Since the start of the Corona pandemic, global cargo ship traffic has been repeatedly thrown off track due to lockdowns. Following a strike by the workforce in North Sea ports, freighter congestion there is reaching record levels. by Dirk Mewis.
The 48-hour port workers’ strike in mid-July caused the shipping congestion of container ships on the North Sea to grow once again. Economist Vincent Stamer of the Kiel Institute for Economic Research (IfW) explained that for the first time since the IfW began collecting data in 2016, more than 20 container ships were waiting to enter a German port there. This is why container ship congestion in the North Sea alone ties up more than two percent of global freight capacity. The majority of this is now in the German Bight, from which, for example, the most important container ports of Hamburg and Bremerhaven are served. “Admittedly, the situation is not exclusively due to the strikes by port workers,” adds Stamer. “However, both strikes and capacity bottlenecks at the ports have exacerbated the situation.” For the German economy, this means further delivery delays in the short term and higher import prices in the medium term, especially for products from countries outside Europe.
More than 90 per cent of the world’s trade in goods is handled by ship. Since the beginning of the Corona pandemic more than two years ago, lockdowns, especially in Chinese and American ports, have thrown the schedules of global container and cargo ships into disarray and regularly caused shipping congestion. As a result, the otherwise precise procedures from Hamburg to Wilhelmshaven are visibly out of step. For example, there are hardly any container storage spaces in the ports because boxes that would otherwise be transported further within a short time have to be stored temporarily.
Further strikesruled out until the end of August
This is the situation in which the latest warning strike by port workers hit the port logistics companies and thus also the shipping companies as their customers. The Verdi trade union and the Central Association of German Seaport Operators (ZDS) are arguing about the extent to which port workers’ wages should increase. In seven rounds of negotiations, accompanied by three warning strikes and a resulting shipping traffic jam, they have not been able to reach an agreement.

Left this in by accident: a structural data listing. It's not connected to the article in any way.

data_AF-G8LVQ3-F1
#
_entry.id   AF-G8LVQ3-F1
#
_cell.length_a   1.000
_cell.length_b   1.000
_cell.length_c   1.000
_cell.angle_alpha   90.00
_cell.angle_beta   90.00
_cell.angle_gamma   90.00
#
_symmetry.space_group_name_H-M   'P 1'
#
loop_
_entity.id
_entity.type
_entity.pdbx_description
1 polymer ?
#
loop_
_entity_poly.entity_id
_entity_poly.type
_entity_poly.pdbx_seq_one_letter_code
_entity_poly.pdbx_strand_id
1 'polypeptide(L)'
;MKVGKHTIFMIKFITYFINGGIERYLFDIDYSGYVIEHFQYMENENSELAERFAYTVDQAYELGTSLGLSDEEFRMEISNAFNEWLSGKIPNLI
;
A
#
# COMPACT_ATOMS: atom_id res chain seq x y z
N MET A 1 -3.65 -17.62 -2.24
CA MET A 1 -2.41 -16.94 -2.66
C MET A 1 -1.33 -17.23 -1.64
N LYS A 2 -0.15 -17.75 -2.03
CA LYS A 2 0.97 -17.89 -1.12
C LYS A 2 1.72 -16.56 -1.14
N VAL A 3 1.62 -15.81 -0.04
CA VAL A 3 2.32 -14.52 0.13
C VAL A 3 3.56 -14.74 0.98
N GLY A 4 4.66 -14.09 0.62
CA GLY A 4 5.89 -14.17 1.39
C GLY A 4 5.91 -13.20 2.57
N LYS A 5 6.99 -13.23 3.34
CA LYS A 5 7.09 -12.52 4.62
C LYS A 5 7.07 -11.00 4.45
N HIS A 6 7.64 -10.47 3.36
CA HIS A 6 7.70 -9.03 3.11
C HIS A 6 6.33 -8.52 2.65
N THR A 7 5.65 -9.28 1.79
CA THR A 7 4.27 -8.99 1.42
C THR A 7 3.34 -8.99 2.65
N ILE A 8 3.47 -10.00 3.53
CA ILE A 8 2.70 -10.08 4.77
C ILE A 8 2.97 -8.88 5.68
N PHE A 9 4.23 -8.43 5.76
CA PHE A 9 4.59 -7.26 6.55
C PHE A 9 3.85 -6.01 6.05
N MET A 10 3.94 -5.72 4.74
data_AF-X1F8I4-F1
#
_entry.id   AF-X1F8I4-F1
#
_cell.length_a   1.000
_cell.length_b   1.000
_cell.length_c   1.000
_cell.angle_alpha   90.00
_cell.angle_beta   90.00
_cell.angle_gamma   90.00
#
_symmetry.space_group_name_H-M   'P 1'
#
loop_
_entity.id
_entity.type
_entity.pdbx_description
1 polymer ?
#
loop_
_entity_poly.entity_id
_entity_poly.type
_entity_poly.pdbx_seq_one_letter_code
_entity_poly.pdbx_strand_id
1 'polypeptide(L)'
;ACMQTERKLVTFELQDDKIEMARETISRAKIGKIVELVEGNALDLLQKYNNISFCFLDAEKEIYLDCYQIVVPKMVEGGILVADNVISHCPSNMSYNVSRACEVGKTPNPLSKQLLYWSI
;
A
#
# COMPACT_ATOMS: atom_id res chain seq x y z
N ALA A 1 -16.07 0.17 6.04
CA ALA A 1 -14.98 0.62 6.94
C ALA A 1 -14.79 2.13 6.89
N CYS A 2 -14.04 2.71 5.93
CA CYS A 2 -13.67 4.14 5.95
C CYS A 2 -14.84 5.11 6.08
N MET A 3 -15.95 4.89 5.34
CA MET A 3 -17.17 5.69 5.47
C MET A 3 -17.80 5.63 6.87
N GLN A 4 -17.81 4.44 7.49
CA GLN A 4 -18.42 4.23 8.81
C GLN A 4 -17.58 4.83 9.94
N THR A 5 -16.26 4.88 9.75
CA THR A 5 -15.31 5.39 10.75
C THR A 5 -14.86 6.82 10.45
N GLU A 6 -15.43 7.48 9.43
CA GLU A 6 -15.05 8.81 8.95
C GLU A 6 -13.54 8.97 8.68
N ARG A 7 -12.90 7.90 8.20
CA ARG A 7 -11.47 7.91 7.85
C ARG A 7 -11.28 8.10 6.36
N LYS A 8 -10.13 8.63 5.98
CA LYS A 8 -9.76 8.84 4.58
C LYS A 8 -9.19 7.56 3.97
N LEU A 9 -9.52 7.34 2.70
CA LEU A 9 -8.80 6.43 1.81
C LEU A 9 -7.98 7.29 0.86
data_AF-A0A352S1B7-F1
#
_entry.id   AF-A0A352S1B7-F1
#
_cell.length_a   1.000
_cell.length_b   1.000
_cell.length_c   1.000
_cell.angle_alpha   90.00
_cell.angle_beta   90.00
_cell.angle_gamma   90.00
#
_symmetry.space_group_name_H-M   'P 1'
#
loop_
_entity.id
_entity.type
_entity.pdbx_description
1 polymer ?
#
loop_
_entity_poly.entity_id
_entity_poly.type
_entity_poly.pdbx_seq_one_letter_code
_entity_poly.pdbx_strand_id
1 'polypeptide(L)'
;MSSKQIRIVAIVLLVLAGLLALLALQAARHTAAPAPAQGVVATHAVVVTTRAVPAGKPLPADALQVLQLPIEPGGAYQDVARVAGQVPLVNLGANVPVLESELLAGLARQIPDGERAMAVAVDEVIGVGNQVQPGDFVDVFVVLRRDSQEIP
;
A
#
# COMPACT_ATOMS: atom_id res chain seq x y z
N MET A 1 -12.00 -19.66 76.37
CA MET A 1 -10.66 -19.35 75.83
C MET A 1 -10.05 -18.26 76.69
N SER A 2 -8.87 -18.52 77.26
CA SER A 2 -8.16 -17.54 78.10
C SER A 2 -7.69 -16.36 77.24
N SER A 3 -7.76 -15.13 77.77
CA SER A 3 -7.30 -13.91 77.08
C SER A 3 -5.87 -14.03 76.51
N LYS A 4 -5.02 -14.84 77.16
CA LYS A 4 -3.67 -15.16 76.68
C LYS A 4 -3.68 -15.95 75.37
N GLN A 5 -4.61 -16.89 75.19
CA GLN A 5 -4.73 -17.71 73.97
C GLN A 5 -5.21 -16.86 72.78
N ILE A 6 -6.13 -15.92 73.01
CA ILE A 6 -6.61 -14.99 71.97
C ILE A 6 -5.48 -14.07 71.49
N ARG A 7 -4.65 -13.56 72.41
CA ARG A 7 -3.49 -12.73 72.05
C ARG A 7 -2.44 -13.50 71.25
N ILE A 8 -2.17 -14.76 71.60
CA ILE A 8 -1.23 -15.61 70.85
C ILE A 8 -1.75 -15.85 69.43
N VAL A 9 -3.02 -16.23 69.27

Further industrial action is ruled out until the end of August. A settlement reached last week at the Hamburg Labour Court stipulates that the bargaining parties must now agree on further negotiation dates. “During this period, no further industrial action will be taken by Verdi with the plaintiffs’ workers,” the labour court announced.
“We welcome the settlement and are counting on Verdi taking constructive steps in the further negotiations to reach an agreement,” said Ulrike Riedel, chief negotiator for the Central Association of German Seaport Operators (ZDS). Verdi negotiator Maya Schwiegershausen-Güth underlined the union’s will to reach a compromise with the ZDS. “Strike is always the last resort, but solutions are agreed at the negotiating table,” she said. Now, she said, it was time to return to the bargaining table and use the imposed three rounds of negotiations to reach a deal. In addition to Germany’s largest seaport, Hamburg, the industrial action also affected Bremerhaven, Bremen, Emden, Wilhelmshaven and Brake.
Three quarters of all German retailers complained about supply bottlenecks in June and expect supply problems to continue for a long time. On average, they anticipated 11.5 months in June, according to a survey by the Munich-based IFO Institute. “The supply problems have become a permanent problem for the retail trade,” sums up IFO expert Klaus Wohlrabe. “There will be gaps on the shelves again this year for Christmas.”
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